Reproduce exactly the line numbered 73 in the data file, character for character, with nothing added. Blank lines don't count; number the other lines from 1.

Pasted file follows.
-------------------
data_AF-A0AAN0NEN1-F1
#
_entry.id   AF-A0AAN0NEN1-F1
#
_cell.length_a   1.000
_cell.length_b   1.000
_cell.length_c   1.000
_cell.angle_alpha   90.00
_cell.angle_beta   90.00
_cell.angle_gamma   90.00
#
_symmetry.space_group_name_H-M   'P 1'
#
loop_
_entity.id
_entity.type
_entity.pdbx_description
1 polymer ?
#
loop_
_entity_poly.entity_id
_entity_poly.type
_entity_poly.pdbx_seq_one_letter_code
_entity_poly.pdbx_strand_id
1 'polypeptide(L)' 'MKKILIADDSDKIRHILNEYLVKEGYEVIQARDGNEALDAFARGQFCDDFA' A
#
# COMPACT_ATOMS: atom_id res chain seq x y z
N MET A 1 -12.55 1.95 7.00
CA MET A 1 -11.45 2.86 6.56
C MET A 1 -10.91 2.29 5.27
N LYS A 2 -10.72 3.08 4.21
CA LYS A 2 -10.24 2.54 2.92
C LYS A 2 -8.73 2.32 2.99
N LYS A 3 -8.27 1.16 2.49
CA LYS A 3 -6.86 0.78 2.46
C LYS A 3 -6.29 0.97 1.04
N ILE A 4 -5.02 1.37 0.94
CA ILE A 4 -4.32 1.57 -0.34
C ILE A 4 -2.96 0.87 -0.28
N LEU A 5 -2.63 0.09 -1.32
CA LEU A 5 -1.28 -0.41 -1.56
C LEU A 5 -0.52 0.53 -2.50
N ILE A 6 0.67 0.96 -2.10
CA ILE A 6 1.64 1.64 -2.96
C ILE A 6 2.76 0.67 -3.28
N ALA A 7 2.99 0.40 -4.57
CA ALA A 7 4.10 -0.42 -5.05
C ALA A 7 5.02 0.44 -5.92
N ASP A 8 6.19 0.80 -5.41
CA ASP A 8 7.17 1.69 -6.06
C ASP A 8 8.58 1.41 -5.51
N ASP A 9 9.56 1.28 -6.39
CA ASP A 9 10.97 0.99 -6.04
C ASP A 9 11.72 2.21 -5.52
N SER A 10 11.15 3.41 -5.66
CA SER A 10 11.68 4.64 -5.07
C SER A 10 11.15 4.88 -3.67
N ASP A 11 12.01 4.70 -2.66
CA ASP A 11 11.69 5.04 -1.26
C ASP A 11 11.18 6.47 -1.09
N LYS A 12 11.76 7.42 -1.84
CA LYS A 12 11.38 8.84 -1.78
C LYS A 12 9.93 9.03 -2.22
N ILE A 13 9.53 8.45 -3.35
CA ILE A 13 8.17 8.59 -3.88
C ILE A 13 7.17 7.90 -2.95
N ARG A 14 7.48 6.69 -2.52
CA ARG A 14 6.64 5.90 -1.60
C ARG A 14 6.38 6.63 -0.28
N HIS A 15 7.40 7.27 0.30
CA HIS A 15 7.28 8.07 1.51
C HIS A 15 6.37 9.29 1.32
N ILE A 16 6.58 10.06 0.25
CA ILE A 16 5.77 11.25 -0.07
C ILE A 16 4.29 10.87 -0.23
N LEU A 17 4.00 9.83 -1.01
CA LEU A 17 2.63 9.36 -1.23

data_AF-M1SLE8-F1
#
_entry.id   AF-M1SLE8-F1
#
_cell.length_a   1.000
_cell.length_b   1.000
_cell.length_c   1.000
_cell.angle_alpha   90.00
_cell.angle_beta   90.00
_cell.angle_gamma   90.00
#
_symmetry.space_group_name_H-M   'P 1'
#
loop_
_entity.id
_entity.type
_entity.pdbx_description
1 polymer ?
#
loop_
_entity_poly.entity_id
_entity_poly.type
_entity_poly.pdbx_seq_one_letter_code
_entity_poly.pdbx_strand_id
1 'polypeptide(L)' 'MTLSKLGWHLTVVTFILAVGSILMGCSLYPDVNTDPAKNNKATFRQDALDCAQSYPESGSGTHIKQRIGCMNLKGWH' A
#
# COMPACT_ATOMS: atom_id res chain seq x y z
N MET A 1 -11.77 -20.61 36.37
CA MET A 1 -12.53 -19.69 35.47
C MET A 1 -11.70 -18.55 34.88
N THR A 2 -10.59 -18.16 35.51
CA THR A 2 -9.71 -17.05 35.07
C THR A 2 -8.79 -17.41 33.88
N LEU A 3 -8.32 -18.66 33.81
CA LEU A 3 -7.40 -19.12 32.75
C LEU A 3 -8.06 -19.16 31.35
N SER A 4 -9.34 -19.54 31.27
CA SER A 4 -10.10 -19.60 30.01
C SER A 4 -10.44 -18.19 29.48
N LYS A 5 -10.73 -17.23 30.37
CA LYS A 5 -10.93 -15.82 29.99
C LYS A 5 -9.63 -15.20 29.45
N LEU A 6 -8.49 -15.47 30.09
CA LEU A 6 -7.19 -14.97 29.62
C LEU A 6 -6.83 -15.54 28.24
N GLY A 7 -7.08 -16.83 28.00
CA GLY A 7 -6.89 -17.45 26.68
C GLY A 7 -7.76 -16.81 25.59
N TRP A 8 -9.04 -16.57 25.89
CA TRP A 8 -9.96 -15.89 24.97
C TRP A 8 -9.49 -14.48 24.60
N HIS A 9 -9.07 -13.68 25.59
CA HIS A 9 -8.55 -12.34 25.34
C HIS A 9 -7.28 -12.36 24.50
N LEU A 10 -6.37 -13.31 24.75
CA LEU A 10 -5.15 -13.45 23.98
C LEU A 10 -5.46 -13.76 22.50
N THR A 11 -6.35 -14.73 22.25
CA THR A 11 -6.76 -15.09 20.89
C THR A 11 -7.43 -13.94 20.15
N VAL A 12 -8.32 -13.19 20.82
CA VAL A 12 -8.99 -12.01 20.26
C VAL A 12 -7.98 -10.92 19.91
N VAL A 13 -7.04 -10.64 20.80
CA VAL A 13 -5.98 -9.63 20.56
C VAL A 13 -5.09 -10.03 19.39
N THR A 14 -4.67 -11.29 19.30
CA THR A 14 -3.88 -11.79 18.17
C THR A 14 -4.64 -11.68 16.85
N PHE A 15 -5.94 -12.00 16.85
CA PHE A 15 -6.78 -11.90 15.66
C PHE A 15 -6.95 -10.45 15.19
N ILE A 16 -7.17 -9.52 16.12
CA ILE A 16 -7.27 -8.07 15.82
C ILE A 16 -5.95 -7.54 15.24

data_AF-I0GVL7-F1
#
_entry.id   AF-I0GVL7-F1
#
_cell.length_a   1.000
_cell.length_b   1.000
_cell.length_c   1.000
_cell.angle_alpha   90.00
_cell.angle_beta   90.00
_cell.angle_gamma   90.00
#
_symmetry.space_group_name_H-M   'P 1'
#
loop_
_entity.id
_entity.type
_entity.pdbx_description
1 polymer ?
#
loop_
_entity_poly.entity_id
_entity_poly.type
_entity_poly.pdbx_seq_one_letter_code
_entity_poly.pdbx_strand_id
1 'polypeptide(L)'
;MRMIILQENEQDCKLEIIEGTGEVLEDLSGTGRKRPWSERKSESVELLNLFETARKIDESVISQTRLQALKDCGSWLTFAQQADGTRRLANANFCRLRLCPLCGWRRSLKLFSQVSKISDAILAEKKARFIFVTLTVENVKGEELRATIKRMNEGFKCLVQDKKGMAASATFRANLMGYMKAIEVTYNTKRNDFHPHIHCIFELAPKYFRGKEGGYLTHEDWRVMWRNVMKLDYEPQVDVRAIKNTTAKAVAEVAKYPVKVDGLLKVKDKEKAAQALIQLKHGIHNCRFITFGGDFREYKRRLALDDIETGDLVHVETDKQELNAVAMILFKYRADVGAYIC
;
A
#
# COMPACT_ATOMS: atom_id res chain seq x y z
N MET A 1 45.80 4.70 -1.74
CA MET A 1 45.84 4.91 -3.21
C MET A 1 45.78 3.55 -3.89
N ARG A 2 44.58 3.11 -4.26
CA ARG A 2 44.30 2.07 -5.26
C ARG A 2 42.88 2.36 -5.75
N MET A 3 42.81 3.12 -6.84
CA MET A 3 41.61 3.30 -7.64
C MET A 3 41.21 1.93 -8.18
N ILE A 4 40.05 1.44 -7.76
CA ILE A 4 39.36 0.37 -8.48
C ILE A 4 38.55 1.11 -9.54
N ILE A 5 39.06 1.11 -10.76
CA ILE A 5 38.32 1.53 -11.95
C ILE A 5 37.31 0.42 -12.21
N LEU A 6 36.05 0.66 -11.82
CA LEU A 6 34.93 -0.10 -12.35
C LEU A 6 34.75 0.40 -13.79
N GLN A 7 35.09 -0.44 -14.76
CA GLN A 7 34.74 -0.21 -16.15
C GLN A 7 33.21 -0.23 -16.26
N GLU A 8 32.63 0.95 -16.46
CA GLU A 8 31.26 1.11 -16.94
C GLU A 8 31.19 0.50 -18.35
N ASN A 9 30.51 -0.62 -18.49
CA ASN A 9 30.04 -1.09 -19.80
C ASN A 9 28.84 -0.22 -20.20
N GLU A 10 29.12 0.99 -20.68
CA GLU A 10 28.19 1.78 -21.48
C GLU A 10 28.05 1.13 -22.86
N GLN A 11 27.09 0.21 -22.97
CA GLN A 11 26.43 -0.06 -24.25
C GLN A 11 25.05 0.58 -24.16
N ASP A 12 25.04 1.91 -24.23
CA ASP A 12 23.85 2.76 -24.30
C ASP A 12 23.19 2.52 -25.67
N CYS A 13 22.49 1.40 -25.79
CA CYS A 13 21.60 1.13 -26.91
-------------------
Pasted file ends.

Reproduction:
N ILE A 16 6.58 10.06 0.25